In a face-to-face meeting, participants' laughter at a joke typically fades to a smile, then to a look of polite attention, and is typically replaced by other expressions. Similarly, the exemplary murmur frame 200 may have a default “fade rate.” The participant may configure the default “fade rate” according to his/her preference, and may also override the default “fade rate” for a particular situation. For example, clicking to choose “applause” may trigger a brief burst of fireworks, which typically fades in a few seconds. However, the fireworks may be deliberately renewed or prolonged by the participant. The same may be true of other expressive frames and annotations. The default “fade rate” for annotations may be configured separately from other segments of each murmur frame 200. Other expressions may stay in place until changed or removed by the participant. Background pictures, for example, may typically stay in place until changed by the participant.
In addition, one or more audio frames may be included, either with or in place of the icons. For example, a sound of applause may be included accompanying or replacing an icon of fireworks display, whereas a “beep beep” sound of a car honking may be used instead of a clock icon. The audio frames may be used in connection with an audio output device 108 of the computer 100.
The exemplary murmur frames 200 may take advantage of color whenever color display devices 110 are available. Color is eye-catching, and enables participants to receive and interpret murmur information more effectively. For example, even if fifty murmur frames 200 appear on a display device 110, human eyes may readily recognize drastic color changes, for example, from green of agreement to disapproving white icicles. Color coding may be standard. For example, green indicates agreement, red signals hostility, and white represents iciness. Color coding particularly benefits a speaker. For example, a murmur frame 200 may appear across the top or bottom of a presentation slide on a speaker's computer screen. Facing the murmur frames 200 with multiple participants, the speaker may acknowledge an overall change of color from corners of his/her eyes, thus receiving feedback without having to study each murmur frame 200.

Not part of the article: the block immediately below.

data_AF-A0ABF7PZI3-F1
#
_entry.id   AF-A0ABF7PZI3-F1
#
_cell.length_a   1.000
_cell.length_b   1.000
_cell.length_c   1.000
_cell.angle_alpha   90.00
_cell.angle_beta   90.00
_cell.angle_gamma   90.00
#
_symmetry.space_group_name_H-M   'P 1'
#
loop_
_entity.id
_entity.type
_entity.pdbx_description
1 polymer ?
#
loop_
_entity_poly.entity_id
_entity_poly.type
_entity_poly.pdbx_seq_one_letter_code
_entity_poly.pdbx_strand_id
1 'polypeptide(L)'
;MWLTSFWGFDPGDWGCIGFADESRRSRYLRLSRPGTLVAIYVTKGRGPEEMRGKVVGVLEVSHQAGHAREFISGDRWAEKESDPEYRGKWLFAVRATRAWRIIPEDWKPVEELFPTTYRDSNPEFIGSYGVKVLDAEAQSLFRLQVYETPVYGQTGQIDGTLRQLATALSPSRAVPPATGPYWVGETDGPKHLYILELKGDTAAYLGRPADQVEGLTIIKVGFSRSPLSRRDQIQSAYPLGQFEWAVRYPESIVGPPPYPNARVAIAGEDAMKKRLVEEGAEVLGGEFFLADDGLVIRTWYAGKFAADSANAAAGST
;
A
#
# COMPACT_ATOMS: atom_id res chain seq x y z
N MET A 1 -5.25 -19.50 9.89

The exemplary murmur frames 200 may standardize the use of different sections of the murmur frame 200 by assigning specific meanings to various regions of the murmur frames 200. However, a participant may personalize the murmur frame 200 by choosing different sets of pictures that fit a convention, similar to choosing Windows background themes. For example, icicles may be pictured in the manner of a medieval manuscript or a Dutch master or a '60s cartoonist. Similarly, ears may be all human ears or drawn from an entire menagerie of listening animals. Likewise, fireworks may be sparklers and Roman candles or a Chinese New Year's parade with firecrackers and a parading dragon. Enabling participants to use various coordinated sets of graphics may help people recognize each other's contributions at a glance, and help to personalize or humanize the tool. However, the sets of pictures may need to follow the standards for color and placement.
The size, shape, color, and style of the murmur frame 200 and the line around the outside of the murmur frame 200 may be used to convey expression. For example, the murmur frame 200 itself may increase or decrease in size to show a participant's degree of involvement in or withdrawal from the meeting; the outer rim of the murmur frame 200 may sprout sharp spikes which may extend to convey hostility, or sprout flowers or money to express approval. The murmur frame's shape may twist to show confusion. In addition, the murmur frame 200 itself may be in the shape of a human figure, possibly in silhouette, and shift to assume different stances, such as bending down to express dejection, leaping up with upraised arms to express enthusiasm, or posing hand-to-ear gesture to express attentive listening.
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While the frame for communicating expressive information for meetings has been described in connection with an exemplary embodiment, those skilled in the art will understand that many modifications in light of these teachings are possible, and this application is intended to cover any variations thereof.